Eli Barzilay <email@example.com> wrote:
| > The problem comes with the various evaluation environments..
| > In a perfect world, 'load' would accept an evaluation environment as
| > well, which would solve the problem trivially..
| That's not a `load' problem, it's an `eval' problem and I think it was
| discussed not too long ago why something like (let ((x 1)) (eval 'x))
| is not expected to work.
Mainly because "eval" is a procedure, not a macro, and procedures
don't get the lexical environments of their callers. Even this is
not expected to work:
(let ((x 1))
(eval 'x (interaction-environment)))
since the "interaction-environment" is intended (says R5RS, by my reading)
to be the same as the top-level user REPL.
Now in some implementation it *might* be possible to make this work
(for some values of "work"):
(let ((x 1))
(eval 'x (current-lexical-environment)))
where "current-lexical-environment" is a macro and/or system-defined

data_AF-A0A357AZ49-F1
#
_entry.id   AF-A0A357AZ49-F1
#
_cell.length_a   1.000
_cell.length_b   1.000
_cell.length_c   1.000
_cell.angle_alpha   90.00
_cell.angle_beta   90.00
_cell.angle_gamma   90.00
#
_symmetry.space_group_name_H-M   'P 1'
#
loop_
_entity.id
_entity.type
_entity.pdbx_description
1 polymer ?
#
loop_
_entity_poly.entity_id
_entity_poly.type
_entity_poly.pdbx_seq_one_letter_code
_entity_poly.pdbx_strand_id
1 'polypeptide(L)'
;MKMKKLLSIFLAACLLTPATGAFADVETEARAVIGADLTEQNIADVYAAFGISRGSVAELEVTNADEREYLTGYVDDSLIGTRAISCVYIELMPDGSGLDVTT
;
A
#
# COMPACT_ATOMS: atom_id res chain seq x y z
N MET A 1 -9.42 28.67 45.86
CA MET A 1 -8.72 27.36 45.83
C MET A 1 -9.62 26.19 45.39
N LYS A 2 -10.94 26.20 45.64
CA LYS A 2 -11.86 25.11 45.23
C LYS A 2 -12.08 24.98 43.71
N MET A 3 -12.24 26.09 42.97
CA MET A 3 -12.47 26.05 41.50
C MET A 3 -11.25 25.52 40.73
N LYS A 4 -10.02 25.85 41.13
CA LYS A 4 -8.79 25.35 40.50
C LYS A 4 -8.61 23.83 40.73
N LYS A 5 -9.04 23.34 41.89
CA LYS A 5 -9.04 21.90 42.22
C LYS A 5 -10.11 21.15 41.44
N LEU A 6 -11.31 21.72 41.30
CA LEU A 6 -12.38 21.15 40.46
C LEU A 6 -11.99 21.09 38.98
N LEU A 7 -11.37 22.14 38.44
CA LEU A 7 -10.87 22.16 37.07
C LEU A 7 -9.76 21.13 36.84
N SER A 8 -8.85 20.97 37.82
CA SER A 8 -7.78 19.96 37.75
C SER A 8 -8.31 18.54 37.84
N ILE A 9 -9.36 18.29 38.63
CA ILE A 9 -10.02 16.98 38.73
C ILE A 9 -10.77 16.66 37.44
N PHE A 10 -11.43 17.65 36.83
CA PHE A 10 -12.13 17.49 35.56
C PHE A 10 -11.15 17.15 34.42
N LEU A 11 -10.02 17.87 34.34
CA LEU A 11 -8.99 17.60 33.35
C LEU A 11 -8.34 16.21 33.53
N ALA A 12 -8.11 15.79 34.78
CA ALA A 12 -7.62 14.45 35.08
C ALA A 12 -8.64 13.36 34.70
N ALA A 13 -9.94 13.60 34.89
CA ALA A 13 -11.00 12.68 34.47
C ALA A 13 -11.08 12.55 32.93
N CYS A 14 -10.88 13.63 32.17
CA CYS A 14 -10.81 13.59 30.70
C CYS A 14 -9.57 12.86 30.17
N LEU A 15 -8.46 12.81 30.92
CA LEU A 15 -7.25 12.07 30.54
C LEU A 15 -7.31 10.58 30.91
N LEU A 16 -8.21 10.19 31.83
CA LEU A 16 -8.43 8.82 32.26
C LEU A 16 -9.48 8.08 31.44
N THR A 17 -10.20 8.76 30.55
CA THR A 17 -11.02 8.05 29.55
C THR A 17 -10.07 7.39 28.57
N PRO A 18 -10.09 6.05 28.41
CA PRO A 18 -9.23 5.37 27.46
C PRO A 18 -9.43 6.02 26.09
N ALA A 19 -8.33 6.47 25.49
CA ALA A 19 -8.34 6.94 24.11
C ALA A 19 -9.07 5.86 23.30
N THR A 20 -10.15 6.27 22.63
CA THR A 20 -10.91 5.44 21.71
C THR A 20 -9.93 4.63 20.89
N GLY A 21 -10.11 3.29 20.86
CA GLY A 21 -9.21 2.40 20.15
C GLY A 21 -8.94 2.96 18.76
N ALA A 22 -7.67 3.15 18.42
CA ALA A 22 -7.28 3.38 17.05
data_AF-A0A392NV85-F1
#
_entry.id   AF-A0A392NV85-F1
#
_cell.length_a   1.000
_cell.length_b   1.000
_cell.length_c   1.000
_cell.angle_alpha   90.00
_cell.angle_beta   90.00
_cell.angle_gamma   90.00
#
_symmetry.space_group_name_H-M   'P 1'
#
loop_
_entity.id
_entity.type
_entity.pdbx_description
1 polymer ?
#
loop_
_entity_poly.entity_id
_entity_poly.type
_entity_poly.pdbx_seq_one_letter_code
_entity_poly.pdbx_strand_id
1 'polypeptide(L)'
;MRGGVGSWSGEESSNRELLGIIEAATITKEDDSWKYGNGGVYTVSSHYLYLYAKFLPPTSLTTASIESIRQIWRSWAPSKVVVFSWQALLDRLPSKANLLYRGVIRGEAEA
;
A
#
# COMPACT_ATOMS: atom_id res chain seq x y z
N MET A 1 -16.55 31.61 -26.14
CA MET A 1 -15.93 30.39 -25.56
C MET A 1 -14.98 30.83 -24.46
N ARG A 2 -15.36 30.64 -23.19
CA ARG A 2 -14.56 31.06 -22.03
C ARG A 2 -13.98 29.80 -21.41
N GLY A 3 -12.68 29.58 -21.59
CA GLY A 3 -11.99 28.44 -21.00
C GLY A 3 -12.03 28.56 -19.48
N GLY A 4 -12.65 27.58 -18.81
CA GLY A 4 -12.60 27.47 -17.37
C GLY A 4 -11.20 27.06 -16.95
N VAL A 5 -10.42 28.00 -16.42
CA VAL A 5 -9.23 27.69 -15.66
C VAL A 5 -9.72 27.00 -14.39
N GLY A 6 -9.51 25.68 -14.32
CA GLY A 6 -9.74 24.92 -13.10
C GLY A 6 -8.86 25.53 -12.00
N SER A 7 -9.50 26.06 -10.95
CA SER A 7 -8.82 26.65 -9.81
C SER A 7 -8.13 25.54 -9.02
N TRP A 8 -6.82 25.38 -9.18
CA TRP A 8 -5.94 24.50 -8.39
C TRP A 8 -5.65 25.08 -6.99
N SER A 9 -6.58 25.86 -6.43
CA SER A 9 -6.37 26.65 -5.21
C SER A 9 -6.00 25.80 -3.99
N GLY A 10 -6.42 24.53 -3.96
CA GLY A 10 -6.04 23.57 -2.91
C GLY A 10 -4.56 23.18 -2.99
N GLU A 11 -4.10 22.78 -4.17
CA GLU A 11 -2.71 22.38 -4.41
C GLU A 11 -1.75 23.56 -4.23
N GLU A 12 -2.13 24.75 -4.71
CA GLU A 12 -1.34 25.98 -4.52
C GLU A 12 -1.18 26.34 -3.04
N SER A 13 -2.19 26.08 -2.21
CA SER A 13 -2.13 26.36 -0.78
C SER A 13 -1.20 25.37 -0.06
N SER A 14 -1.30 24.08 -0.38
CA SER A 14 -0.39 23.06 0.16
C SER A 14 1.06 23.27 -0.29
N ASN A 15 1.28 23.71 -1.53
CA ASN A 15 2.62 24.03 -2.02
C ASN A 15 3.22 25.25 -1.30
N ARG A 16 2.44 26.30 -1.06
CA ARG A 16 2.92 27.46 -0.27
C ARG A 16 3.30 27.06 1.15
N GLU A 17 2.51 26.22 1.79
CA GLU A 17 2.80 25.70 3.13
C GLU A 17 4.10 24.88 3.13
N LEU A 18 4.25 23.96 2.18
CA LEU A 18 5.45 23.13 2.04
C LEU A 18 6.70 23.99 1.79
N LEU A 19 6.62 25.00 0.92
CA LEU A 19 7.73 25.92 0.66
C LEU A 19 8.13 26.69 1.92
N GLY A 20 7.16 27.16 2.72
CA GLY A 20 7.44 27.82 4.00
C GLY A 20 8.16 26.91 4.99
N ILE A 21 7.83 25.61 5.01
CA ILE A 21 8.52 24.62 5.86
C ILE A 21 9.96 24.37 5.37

syntax to capture & reify a lexical environment. For example, Elk 3.0,
a pure interpreter [with shallow binding, not that that matters here],
contains a magic primitive "the-environment" (note: *not* a closure,
since that would contain its own frozen environment):
> (let ((x 2)
(eval '(+ x y 4) (the-environment)))
But I suspect that in general it would be hard to get compiled code
to work correctly with that (for some values of "correctly").
p.s. Of course, (eval '(let ((x 1)) x)) should always work...
Rob Warnock, 31-2-510 <firstname.lastname@example.org>
SGI Network Engineering <http://reality.sgi.com/rpw3/> [until 8/15]
1600 Amphitheatre Pkwy. Phone: 650-933-1673
Mountain View, CA 94043 PP-ASEL-IA
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